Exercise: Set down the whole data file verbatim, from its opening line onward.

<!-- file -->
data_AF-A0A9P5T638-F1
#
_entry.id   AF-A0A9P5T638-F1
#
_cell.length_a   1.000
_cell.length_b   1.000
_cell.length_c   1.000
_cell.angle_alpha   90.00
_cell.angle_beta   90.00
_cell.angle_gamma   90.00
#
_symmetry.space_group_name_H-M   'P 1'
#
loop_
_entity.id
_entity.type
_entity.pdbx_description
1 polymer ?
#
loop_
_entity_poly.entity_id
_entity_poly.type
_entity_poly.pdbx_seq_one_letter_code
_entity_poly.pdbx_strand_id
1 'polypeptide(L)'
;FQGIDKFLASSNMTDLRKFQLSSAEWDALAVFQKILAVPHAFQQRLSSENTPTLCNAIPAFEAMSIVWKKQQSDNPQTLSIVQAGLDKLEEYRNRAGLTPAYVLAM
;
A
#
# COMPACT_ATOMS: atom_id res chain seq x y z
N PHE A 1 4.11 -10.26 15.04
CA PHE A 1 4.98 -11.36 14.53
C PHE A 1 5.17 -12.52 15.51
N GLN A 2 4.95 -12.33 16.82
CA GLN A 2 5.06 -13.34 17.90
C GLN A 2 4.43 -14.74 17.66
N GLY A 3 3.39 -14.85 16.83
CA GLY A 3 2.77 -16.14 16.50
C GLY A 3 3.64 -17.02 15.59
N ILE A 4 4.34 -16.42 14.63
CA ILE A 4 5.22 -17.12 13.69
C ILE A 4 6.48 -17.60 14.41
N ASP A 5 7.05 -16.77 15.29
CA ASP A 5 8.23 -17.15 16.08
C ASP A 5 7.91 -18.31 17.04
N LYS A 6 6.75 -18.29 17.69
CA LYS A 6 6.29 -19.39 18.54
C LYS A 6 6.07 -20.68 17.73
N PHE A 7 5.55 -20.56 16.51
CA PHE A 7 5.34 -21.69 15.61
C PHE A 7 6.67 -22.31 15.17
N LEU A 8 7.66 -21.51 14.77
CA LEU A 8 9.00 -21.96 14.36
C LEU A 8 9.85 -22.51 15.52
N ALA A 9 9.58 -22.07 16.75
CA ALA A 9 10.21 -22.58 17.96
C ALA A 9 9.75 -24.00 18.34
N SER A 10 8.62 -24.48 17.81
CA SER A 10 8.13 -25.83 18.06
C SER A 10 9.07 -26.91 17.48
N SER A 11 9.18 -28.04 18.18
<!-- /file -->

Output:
data_AF-A0A9P5T638-F1
#
_entry.id   AF-A0A9P5T638-F1
#
_cell.length_a   1.000
_cell.length_b   1.000
_cell.length_c   1.000
_cell.angle_alpha   90.00
_cell.angle_beta   90.00
_cell.angle_gamma   90.00
#
_symmetry.space_group_name_H-M   'P 1'
#
loop_
_entity.id
_entity.type
_entity.pdbx_description
1 polymer ?
#
loop_
_entity_poly.entity_id
_entity_poly.type
_entity_poly.pdbx_seq_one_letter_code
_entity_poly.pdbx_strand_id
1 'polypeptide(L)'
;FQGIDKFLASSNMTDLRKFQLSSAEWDALAVFQKILAVPHAFQQRLSSENTPTLCNAIPAFEAMSIVWKKQQSDNPQTLSIVQAGLDKLEEYRNRAGLTPAYVLAM
;
A
#
# COMPACT_ATOMS: atom_id res chain seq x y z
N PHE A 1 4.11 -10.26 15.04
CA PHE A 1 4.98 -11.36 14.53
C PHE A 1 5.17 -12.52 15.51
N GLN A 2 4.95 -12.33 16.82
CA GLN A 2 5.06 -13.34 17.90
C GLN A 2 4.43 -14.74 17.66
N GLY A 3 3.39 -14.85 16.83
CA GLY A 3 2.77 -16.14 16.50
C GLY A 3 3.64 -17.02 15.59
N ILE A 4 4.34 -16.42 14.63
CA ILE A 4 5.22 -17.12 13.69
C ILE A 4 6.48 -17.60 14.41
N ASP A 5 7.05 -16.77 15.29
CA ASP A 5 8.23 -17.15 16.08
C ASP A 5 7.91 -18.31 17.04
N LYS A 6 6.75 -18.29 17.69
CA LYS A 6 6.29 -19.39 18.54
C LYS A 6 6.07 -20.68 17.73
N PHE A 7 5.55 -20.56 16.51
CA PHE A 7 5.34 -21.69 15.61
C PHE A 7 6.67 -22.31 15.17
N LEU A 8 7.66 -21.51 14.77
CA LEU A 8 9.00 -21.96 14.36
C LEU A 8 9.85 -22.51 15.52
N ALA A 9 9.58 -22.07 16.75
CA ALA A 9 10.21 -22.58 17.96
C ALA A 9 9.75 -24.00 18.34
N SER A 10 8.62 -24.48 17.81
CA SER A 10 8.13 -25.83 18.06
C SER A 10 9.07 -26.91 17.48
N SER A 11 9.18 -28.04 18.18